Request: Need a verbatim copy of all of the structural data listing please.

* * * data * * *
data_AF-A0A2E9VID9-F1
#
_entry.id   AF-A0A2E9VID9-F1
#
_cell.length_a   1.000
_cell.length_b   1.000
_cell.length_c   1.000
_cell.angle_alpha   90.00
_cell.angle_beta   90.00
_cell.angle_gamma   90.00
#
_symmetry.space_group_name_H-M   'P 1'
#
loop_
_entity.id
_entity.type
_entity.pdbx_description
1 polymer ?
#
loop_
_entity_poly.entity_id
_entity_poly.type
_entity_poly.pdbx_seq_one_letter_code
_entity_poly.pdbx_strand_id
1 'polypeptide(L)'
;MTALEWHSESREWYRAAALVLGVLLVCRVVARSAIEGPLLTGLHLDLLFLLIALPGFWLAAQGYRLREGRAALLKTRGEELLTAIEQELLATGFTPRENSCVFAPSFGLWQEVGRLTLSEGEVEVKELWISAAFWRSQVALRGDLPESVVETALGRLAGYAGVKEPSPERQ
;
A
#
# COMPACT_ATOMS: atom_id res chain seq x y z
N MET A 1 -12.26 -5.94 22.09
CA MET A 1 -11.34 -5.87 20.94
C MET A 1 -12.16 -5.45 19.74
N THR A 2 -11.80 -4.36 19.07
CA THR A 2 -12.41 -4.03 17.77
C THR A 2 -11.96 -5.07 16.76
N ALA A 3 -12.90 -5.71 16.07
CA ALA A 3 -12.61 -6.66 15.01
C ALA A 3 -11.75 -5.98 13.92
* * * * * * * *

data_AF-A0A2E9VID9-F1
#
_entry.id   AF-A0A2E9VID9-F1
#
_cell.length_a   1.000
_cell.length_b   1.000
_cell.length_c   1.000
_cell.angle_alpha   90.00
_cell.angle_beta   90.00
_cell.angle_gamma   90.00
#
_symmetry.space_group_name_H-M   'P 1'
#
loop_
_entity.id
_entity.type
_entity.pdbx_description
1 polymer ?
#
loop_
_entity_poly.entity_id
_entity_poly.type
_entity_poly.pdbx_seq_one_letter_code
_entity_poly.pdbx_strand_id
1 'polypeptide(L)'
;MTALEWHSESREWYRAAALVLGVLLVCRVVARSAIEGPLLTGLHLDLLFLLIALPGFWLAAQGYRLREGRAALLKTRGEELLTAIEQELLATGFTPRENSCVFAPSFGLWQEVGRLTLSEGEVEVKELWISAAFWRSQVALRGDLPESVVETALGRLAGYAGVKEPSPERQ
;
A
#
# COMPACT_ATOMS: atom_id res chain seq x y z
N MET A 1 -12.26 -5.94 22.09
CA MET A 1 -11.34 -5.87 20.94
C MET A 1 -12.16 -5.45 19.74
N THR A 2 -11.80 -4.36 19.07
CA THR A 2 -12.41 -4.03 17.77
C THR A 2 -11.96 -5.07 16.76
N ALA A 3 -12.90 -5.71 16.07
CA ALA A 3 -12.61 -6.66 15.01
C ALA A 3 -11.75 -5.98 13.92